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The Very Large Array, New Mexico
This page contains archived content and is no longer being updated. At the time of publication, it represented the best available science. However, more recent observations and studies may have rendered some content obsolete.
The Cibola National Forest surrounds the Plains of San Augustine in a remote and sparsely populated region of New Mexico. Located roughly 90 kilometers (50 miles) west of Socorro, New Mexico, the forest encompasses “lowlands” down to elevations of 1,500 meters (5,000 feet), and it drapes around a range of mountains with peaks as high as 3,425 meters (11,301 feet).
The mountains shelter the central valley from the radio frequency transmissions of civilization—such as the city of Albuquerque roughly 118 kilometers (73 miles) to the northeast—making it a good location for radio astronomy. In fact, the plains are home to one of the world’s premier astronomical radio observatories, the Very Large Array (VLA), a set of 27 identical radio dishes spread out across the plains. Among the VLA’s major contributions to space science and astronomy, it was here that NASA listened for the transmissions from the Voyager 2 spacecraft as it flew past Neptune in 1989.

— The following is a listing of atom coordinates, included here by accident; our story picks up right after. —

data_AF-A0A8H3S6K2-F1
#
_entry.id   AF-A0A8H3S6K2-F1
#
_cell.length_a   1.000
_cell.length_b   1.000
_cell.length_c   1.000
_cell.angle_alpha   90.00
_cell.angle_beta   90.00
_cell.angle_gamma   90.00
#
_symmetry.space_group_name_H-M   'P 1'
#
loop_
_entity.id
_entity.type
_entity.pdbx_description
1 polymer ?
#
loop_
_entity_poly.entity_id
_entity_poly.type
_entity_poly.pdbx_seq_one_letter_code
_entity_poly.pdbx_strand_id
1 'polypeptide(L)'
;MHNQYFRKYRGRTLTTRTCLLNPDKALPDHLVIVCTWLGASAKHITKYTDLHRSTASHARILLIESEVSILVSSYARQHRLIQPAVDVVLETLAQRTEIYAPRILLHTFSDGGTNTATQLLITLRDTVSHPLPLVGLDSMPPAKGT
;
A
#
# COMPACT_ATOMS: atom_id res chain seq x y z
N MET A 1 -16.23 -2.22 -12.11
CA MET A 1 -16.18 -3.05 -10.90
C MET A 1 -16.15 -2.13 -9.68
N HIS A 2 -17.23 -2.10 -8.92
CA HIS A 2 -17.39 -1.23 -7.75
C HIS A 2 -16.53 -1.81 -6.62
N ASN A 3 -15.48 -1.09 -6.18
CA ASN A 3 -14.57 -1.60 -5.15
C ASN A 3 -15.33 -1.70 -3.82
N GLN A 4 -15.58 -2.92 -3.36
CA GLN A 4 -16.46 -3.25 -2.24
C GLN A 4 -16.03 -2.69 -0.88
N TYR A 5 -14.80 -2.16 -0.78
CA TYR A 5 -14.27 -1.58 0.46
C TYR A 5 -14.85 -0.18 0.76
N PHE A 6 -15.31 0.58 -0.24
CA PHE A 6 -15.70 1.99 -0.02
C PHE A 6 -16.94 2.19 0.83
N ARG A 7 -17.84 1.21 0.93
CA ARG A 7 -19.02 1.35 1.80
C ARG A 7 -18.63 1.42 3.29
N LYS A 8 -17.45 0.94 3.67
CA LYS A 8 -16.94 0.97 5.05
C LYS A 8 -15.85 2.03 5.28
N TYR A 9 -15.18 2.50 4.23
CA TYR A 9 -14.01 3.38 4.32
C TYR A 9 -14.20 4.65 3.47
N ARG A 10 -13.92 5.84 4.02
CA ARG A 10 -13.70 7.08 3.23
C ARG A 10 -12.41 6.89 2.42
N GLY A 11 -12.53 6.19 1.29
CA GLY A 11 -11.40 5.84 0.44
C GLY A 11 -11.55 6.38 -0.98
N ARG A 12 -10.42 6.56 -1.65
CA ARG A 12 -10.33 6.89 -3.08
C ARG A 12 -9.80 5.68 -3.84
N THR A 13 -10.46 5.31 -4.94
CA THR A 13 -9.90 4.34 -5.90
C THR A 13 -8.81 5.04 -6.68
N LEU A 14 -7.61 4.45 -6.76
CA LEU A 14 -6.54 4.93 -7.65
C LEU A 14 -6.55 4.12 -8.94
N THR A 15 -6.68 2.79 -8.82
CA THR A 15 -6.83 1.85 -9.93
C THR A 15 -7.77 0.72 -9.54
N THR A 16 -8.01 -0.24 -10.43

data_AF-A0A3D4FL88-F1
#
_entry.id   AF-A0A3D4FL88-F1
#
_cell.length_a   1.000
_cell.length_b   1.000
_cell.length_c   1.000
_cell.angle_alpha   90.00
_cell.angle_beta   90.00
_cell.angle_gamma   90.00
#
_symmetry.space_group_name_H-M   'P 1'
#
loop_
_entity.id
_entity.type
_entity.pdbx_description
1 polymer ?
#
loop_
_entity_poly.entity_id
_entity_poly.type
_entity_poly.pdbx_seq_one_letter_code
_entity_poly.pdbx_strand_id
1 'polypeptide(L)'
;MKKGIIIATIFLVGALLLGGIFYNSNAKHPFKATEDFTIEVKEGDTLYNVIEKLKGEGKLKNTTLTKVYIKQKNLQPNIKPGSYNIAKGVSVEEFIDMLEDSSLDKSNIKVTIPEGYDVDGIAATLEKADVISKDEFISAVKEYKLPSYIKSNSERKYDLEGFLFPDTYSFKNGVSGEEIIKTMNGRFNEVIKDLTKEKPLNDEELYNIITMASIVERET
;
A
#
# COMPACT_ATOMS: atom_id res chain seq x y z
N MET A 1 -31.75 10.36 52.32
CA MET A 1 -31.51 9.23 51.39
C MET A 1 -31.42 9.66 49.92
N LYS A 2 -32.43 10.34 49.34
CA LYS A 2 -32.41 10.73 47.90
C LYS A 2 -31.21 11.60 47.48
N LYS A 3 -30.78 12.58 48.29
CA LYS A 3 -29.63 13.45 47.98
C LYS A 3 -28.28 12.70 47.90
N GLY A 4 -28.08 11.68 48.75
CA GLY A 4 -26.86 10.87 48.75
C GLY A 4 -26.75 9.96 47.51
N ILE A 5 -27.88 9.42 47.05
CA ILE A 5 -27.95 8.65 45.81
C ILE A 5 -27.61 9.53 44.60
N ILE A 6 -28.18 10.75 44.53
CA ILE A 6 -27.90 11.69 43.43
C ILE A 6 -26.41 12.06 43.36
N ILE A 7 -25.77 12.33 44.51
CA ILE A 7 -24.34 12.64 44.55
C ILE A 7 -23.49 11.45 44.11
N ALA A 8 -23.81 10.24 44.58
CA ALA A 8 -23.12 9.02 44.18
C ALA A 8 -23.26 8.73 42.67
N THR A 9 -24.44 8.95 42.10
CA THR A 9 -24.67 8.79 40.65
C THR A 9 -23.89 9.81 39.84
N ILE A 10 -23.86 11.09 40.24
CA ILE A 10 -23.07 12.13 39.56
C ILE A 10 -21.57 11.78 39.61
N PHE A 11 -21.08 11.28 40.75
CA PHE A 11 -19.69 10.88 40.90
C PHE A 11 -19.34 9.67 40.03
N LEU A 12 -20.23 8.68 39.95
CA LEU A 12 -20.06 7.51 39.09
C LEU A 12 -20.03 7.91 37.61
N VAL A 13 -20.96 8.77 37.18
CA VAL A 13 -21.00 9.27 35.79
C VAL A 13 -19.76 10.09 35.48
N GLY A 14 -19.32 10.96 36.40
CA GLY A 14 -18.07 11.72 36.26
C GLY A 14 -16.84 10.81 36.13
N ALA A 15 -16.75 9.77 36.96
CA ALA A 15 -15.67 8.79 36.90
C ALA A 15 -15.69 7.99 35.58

Some elements of the array are visible in this Landsat satellite image of the region from May 6, 2002. Several faint lines are arranged in an inverted Y shape in the lower image. The Y shape is punctuated in places by white dots. The dots are the radio dishes. With a diameter of 25 meters (82 feet), the dishes are slightly smaller than the resolution (level of detail) of Landsat 7 (image pixels are 30 meters by 30 meters), but they show up in the image because their bright white surfaces make such a sharp contrast to the dark ground around them.
The inverted Y is the railroad tracks and service roads that connect the dishes. The array can be rearranged by shifting the dishes to different configurations along the railroad tracks. At the time of this Landsat image, the VLA was spread out in its widest configuration. Every three months, the individual dishes are moved into one of four standard arrangements, giving astronomers access to different levels of detail and sensitivity to larger or smaller astronomical features.
The Cibola National Forest surrounds the Plains of San Augustine in a remote and sparsely populated region of New Mexico. the plains are home to one of the world’s premier astronomical radio observatories, the Very Large Array (VLA).